Al-Qaida's Watch of Choice: Wearing a Casio Enough to Become Terror Suspect
The watch can be found the world over and costs only a few euros. According to secret documents obtained by SPIEGEL through the WikiLeaks whistleblower platform, US interrogators at Guantanamo Bay identified potential terrorists by the watch they wore on their wrist.
They're cheap, easy to buy anywhere in the world and, apparently, are the hallmark of a terrorist: a digital Casio wristwatch -- strictly speaking, the black F-91W model or its silver variant, the A-159W. The United States military considers this watch to be "an indicator of al-Qaida training in the manufacture of improvised explosive devices (IEDs)" and with it the identifying feature of a potential terrorist.
In one document, titled "Matrix of Threat Indicators for Enemy Combatants" -- a field guide of recognition and classification of "enemy combatants" -- various items are listed to help interrogators assess a prisoner's capabilities and intentions. With the aid of this 17-page catalog, the Joint Task Force responsible for operating the Guantanamo prison camp were expected to determine whether a suspect could be a possible terrorist threat, if he had the opportunity.
In the field guide, special attention is given to the items a suspect had in his possession at the time of his arrest. The Joint Task Force speaks of "suspicious items," including a satellite phone, military radio/transceiver, $100 bills and the Casio F-91W watch.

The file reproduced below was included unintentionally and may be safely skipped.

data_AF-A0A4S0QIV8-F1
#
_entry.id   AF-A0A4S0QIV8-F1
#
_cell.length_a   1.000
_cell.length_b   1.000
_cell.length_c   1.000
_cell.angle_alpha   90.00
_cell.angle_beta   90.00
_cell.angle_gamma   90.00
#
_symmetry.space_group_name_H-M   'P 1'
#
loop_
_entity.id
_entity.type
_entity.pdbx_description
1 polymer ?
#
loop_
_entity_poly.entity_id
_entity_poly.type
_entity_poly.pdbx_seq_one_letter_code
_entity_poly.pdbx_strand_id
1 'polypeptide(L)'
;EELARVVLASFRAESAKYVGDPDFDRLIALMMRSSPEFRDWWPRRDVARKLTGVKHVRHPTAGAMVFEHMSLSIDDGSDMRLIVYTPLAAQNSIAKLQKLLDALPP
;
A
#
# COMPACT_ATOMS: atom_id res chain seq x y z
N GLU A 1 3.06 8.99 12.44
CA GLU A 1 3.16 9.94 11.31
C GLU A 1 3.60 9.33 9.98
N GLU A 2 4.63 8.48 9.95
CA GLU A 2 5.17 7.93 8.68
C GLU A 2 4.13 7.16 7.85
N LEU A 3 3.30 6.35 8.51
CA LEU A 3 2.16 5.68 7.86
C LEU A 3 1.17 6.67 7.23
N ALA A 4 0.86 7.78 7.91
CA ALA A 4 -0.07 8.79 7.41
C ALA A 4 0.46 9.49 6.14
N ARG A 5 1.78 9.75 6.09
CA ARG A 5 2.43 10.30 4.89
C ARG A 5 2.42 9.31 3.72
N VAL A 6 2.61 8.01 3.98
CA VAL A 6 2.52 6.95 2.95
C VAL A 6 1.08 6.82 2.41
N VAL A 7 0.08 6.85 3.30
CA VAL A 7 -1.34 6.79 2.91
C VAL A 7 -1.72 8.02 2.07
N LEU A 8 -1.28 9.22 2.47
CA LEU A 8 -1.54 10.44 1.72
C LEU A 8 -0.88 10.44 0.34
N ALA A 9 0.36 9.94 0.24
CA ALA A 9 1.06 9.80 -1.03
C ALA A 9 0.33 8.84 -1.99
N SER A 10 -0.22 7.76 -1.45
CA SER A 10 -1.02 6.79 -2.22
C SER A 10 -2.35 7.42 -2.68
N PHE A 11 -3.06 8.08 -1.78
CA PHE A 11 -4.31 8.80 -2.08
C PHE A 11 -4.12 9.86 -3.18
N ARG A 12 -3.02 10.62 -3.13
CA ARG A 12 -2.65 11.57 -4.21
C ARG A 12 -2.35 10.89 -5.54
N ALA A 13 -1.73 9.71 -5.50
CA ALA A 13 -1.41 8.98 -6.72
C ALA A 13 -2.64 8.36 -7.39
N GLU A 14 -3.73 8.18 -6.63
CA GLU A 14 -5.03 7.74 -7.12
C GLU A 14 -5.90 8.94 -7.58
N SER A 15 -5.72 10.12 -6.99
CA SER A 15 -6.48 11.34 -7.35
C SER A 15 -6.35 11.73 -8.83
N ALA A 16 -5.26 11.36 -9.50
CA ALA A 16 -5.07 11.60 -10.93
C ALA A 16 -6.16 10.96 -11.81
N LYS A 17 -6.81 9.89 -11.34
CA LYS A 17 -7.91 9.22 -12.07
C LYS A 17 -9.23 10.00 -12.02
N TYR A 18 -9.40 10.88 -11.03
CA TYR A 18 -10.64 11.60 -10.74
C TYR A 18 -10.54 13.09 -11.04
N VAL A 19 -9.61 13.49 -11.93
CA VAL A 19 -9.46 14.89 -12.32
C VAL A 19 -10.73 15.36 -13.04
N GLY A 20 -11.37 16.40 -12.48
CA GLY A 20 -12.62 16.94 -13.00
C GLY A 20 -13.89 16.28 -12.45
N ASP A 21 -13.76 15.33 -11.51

Used to Detonate Bombs
The mere possession of the watch, which can be purchased for a few dollars and is worn on the wrists of millions worldwide, is the enough to make a man suspect.
The footnotes of the document explain that the Joint Task Force identifies the watch as "the sign of al-Qaida, (which) uses the watch to make bombs." It's known that the Casio would be given to trainees in Afghan terrorist training camps for this purpose, where the young men would be taught how to use the watches in the building of bomb detonators.
According to the secret document, an estimated one-third of all Guantanamo prisoners who wore the watch "have known connections to explosives, either having attended explosives training, having association with a facility where IEDs were made or where explosives training was given, or having association with a person identified as an explosives expert."
In the documents on individual inmates, the possession of the Casio watch would be listed in item 5.b as "property held." Here, too, the wristwatch will be mentioned in the footnotes as a distinguishing feature of al-Qaida.
According to the Guardian newspaper, more than 50 detainee reports indicate the ownership of a Casio watch, of which 32 prisoners wore the black F-91W and an additional 20 prisoners wore the silver A-159W at the time of their arrest.
'The Watch Points to Mecca'
Even in the so-called Combatant Status Review Tribunal, which gives the final decision on whether a prisoner is considered an enemy combatant, the watches were given particular importance, according to transcripts of the military tribunals of Guantanamo prisoners, which were first released in 2006 after the Associated Press successfully sued to make them public.
The Kuwaiti, who had traveled after Sept. 11, 2001, to Afghanistan with $15,000 in his pocket, said, "I swear I don't know if terrorists use it or if they make explosives with it. If I had known that, I would have thrown it away. I'm not stupid." He added that, "We have four chaplains" at Guantanamo. "All of them wear this watch. I am not Taliban or al-Qaida."
The tribunal asked the Kuwaiti engineer whether he had altered the watch so that it could emit electrical signals. He responded: "If it were altered it would have been stupid to keep it."
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